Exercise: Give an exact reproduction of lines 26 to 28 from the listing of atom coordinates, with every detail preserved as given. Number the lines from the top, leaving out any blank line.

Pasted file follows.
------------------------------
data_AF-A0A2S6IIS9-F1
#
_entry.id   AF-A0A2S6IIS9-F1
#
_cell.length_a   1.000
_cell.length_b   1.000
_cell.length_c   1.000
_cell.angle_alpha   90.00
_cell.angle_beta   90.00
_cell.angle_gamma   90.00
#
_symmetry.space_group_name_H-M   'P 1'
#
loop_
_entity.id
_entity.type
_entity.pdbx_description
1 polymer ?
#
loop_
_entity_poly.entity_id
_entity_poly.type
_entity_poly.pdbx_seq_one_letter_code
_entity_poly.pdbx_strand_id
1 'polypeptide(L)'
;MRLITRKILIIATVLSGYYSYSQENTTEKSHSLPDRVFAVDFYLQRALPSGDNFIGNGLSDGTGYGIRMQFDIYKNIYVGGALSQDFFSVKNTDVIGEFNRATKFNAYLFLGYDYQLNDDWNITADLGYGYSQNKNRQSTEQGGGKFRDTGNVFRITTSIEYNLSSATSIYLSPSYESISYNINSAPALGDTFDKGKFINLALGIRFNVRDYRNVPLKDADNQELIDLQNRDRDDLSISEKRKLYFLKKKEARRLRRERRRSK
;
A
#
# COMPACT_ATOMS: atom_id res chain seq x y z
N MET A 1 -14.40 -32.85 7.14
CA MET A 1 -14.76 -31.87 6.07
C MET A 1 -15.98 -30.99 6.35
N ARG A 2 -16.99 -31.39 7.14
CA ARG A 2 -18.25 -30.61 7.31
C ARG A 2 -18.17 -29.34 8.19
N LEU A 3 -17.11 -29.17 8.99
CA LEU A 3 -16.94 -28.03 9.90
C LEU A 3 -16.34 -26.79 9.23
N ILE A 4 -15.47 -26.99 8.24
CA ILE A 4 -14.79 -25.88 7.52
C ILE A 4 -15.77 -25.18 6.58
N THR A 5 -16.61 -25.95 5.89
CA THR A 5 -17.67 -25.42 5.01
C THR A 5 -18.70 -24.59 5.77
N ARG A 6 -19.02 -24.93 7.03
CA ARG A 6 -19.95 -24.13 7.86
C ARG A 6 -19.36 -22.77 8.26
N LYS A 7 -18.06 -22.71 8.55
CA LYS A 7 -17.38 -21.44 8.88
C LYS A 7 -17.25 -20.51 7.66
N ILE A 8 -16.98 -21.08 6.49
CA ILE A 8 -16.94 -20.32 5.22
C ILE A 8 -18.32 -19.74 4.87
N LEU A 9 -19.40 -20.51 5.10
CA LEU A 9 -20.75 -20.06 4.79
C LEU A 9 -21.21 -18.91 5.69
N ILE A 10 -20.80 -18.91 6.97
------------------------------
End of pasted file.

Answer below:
;MRLITRKILIIATVLSGYYSYSQENTTEKSHSLPDRVFAVDFYLQRALPSGDNFIGNGLSDGTGYGIRMQFDIYKNIYVGGALSQDFFSVKNTDVIGEFNRATKFNAYLFLGYDYQLNDDWNITADLGYGYSQNKNRQSTEQGGGKFRDTGNVFRITTSIEYNLSSATSIYLSPSYESISYNINSAPALGDTFDKGKFINLALGIRFNVRDYRNVPLKDADNQELIDLQNRDRDDLSISEKRKLYFLKKKEARRLRRERRRSK
;
A